Bill 47: Weakening the Right to Know – AFL

The second in a series of blogs on workplace health and safety in Alberta.

Any respectful workplace health and safety system, one that actually ensures workers make it home safely at the end of their shifts, includes three fundamental rights for workers: the right to know, the right to participate and the right to refuse unsafe work.

The Right to Know

The first key right, is the right to know. The right to know in a health and safety system is foundational for all other rights, because if you don’t know the dangers you might face at work it can be next to impossible to prevent them. Considering how foundational this right is, it is surprising, that during a global health pandemic Jason Kenney’s United Conservative Party (UCP) Government has made changes to the OHS Act that limit a worker’s right to know. These changes are contained within Bill 47, the so called Ensuring Safety and Cutting Red Tape Act, 2020.

Competence Requirement Removed

The UCP’s changes will allow workers who are not competent to do work that may endanger themselves and others – as long as, they are under the supervision of someone who is trained. With this change, the UCP is normalizing work that endangers workers and circumventing the need for employers to train all of their workers to be competent. As well, it is now a worker’s obligation to ensure the supervisor watching them is in fact competent.

Training in Lieu of Hazard Mitigation

The UCP have now added a requirement that workers must participate in trainings provided by employers however, there is no clarification if this includes training provided outside of working hours or if the training will be paid at the workers’ regular pay rate. The focus on training also shifts emphasis away from other OHS options and highlights a desire by some employers to “train away safety hazards”. Instead of properly mitigating workplace hazards through engineering or administrative controls some employers would like to briefly train workers on the dangers.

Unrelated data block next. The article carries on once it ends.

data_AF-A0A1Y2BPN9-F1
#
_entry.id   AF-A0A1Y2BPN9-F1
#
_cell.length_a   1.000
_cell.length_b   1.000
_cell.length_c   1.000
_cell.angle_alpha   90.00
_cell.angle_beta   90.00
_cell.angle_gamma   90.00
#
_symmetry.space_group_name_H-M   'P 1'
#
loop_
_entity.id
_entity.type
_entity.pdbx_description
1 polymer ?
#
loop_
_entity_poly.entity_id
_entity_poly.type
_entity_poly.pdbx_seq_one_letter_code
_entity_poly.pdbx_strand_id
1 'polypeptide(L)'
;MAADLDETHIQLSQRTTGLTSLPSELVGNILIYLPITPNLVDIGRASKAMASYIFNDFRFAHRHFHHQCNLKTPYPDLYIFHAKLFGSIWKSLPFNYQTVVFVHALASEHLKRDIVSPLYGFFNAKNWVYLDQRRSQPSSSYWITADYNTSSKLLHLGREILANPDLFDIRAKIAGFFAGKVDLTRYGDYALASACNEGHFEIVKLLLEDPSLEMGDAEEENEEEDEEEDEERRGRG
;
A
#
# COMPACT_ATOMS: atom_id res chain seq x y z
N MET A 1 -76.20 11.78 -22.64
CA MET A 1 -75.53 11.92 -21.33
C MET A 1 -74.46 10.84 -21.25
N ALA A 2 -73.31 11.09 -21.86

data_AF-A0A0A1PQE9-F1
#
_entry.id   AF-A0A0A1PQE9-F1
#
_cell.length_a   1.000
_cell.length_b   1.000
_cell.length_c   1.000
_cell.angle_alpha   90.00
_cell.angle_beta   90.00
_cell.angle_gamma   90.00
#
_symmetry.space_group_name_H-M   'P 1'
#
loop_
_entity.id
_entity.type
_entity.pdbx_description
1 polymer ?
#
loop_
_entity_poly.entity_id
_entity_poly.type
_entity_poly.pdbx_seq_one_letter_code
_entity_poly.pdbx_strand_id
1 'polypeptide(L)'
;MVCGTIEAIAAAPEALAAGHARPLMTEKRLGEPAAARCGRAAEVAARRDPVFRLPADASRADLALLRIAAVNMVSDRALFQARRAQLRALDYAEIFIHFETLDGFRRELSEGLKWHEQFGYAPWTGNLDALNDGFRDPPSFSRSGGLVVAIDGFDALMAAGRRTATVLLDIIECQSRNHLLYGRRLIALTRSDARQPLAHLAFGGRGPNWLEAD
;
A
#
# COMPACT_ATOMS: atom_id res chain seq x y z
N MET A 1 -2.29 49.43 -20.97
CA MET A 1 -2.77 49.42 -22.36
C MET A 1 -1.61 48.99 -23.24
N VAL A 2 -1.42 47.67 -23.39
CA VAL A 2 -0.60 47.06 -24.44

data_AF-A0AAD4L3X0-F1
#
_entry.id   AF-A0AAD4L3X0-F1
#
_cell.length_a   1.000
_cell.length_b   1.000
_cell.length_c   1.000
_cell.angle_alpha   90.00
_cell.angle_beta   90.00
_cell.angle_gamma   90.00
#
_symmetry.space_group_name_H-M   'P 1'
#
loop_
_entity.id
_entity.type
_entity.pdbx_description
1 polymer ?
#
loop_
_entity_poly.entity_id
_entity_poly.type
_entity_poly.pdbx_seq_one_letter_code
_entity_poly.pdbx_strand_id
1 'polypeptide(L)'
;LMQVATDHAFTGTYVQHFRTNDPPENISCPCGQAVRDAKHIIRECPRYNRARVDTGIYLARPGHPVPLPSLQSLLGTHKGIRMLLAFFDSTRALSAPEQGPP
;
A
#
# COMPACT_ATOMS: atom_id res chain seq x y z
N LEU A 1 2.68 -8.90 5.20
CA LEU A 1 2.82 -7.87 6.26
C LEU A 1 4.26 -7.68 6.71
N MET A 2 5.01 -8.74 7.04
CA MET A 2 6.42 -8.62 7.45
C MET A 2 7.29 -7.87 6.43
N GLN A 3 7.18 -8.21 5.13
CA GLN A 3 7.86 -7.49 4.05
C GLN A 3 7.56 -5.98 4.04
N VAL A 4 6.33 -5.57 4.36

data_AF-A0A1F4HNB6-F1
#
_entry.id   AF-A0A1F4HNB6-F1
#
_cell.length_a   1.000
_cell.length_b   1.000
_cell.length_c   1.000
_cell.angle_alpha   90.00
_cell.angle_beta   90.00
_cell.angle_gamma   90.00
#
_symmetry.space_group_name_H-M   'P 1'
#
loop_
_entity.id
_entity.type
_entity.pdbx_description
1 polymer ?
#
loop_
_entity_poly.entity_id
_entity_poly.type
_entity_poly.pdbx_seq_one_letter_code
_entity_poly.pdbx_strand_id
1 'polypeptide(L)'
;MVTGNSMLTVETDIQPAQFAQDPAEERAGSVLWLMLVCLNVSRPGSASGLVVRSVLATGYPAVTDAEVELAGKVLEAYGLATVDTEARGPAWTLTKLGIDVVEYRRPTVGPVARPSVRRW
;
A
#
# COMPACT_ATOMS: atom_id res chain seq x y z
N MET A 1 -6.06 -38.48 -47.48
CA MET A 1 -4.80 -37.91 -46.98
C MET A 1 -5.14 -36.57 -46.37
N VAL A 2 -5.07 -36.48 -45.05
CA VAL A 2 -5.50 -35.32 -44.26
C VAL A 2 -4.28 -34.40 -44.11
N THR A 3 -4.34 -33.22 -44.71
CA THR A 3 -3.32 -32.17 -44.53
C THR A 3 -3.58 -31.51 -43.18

Secret Opt-Outs

The UPC have also given more opportunities for employers to opt-out of parts of the OHS Act and Code without the public knowing. Under the UCP changes employers can apply to opt-out of any OHS requirement and the workers will no longer be consulted by government to see how they will be impacted. The government also does not even have to post which employers have opted-out of which sections of our legislation.

Removing Mandatory Review of Opt-Outs

To make matters worse, the UCP got rid of any mandatory review of opt-outs given after a certain period of time, meaning they could continue indefinitely and never be reviewed. Lastly, prior to the UCP changes employers wanting to opt-out of OHS requirements had to show they were still providing a safe work environment for workers and the public, in some cases now, they just have to show that the opt-out “is appropriate to the Alberta conditions” – whatever that means.

Cutting Director of Occupational Hygiene

The UCP have also made a number of changes to OHS and Government Staff. One key change is that the UCP have taken out the Director of Occupational Hygiene position from the OHS Act. This Director previously considered applications from employers to opt-out of parts of the OHS Act and Code for things related to harmful substances, such as, chemical exposure and respiratory protective equipment. This is especially appalling given the fact that we are in the middle of a global health pandemic, because of a respiratory illness.

The Right to Know…less

Some of these changes may seem minor or not to impact the intent of the OHS Act, however, many of the specific requirements in the OHS Act that helped keep workers safe are no longer legislated requirements, but rather at this point optional. Changes like this water-down the health and safety rights of all workers and give bad employers more options to cut corners on the backs of workers.

More to come…

This is part of a series looking at Bill 47. In the next blog, we will look at how the UCP’s changes impact the right to participate in a health and safety system. To see the first blog in the series you can go here.